Janet Malcolm v. Francine Prose

A reader writes: "what is the long game here????" He refers to this letter, in the New York Review of Books, from Janet Malcolm, to Francine Prose, regarding Rebecca West's views on Charlotte Brontë. (You got that? ARE YOU SURE.) Malcolm criticizes Rebecca West's views on Brontë, but finishes: "Prose’s condescending words about Nora Ephron’s brilliant elliptical essays are similarly puzzling."

How did this come to pass? To what end was this written? Was this an impulsive blog comment of a letter? I too would be moved to defend Nora Ephron, but perhaps not to the extent of dashing off a letter. Or was this a tip [...]


What If We Never Find Out What Happened to Ronni Chasen?

The Ronni Chasen thing is so out of hand. It's unfortunate that her rather remarkable life—a lovely person; not a rare thing in this world, until you know that she was a Hollywood publicist—is being eclipsed by the matter of her murder. Now, two weeks on, everyone is left to chase not only the extremely bizarre shooting but now the confusing (from the outside, at least) police investigation. For those not paying attention, at a bit after midnight on November 16, at Whittier Dr. and Sunset in Beverly Hills, Chasen was shot at five times while in her car and hit three times. (Not through the windshield, but through [...]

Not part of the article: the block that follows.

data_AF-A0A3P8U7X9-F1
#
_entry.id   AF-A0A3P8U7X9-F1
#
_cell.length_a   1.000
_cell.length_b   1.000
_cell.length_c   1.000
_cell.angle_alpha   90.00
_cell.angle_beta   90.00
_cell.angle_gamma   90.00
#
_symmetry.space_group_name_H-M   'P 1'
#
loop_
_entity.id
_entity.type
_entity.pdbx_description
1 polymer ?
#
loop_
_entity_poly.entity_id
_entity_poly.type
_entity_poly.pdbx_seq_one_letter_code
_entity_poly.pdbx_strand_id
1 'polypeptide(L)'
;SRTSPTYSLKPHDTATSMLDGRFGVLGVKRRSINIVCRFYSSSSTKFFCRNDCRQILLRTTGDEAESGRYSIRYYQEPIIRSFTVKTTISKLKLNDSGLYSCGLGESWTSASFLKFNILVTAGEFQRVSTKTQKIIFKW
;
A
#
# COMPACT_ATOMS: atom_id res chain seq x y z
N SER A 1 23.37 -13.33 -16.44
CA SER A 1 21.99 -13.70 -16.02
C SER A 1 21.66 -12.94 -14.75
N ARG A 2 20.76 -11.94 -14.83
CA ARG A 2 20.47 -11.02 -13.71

Air France 447 Crash Mystery May Be Completely Unmysterious

Preliminary Air France 447 black box info! (Preliminary, in air crash investigations, means "take with a grain of salt.") So, according to reporters, the airspeed sensors got all icy, and the autopilot turned off, and the plane stalled, and then… well. It's definitely premature to assign any blame to the co-pilots who were in the cockpit, so we won't! These reports still seem incomplete: even small-craft pilots-in-training know what to do in a stall: you pick up speed, using something really complex called "gravity," and you un-stall. (According to another reporter, the plane was in a steep climb instead.)

This also means the Times magazine got lucky [...]


Why Aren't Gays Funny?

Sure, there are funny gays in various entertainment fields, such as shoe design and Condé Nast magazines, but let us think of gays in actual comedy. Okay, so there's Ellen. That guy ANT. Neil Patrick Harris. And… hmm.

Oh right. Scott Thompson. And Graham Chapman, of Monty Python. These two might prove a comedy "rule" that gays are often funny when in groups of straight people. Or when they are English: Stephen K. Amos, Simon Amstell, Matt Lucas, Julian Clary, Paul O'Grady. And Kenny Everett and Frankie Howerd and Kenneth Williams, RIP! Or when they are of an English province: Trey Anthony, say, from Canada. And Tommy Sexton. And [...]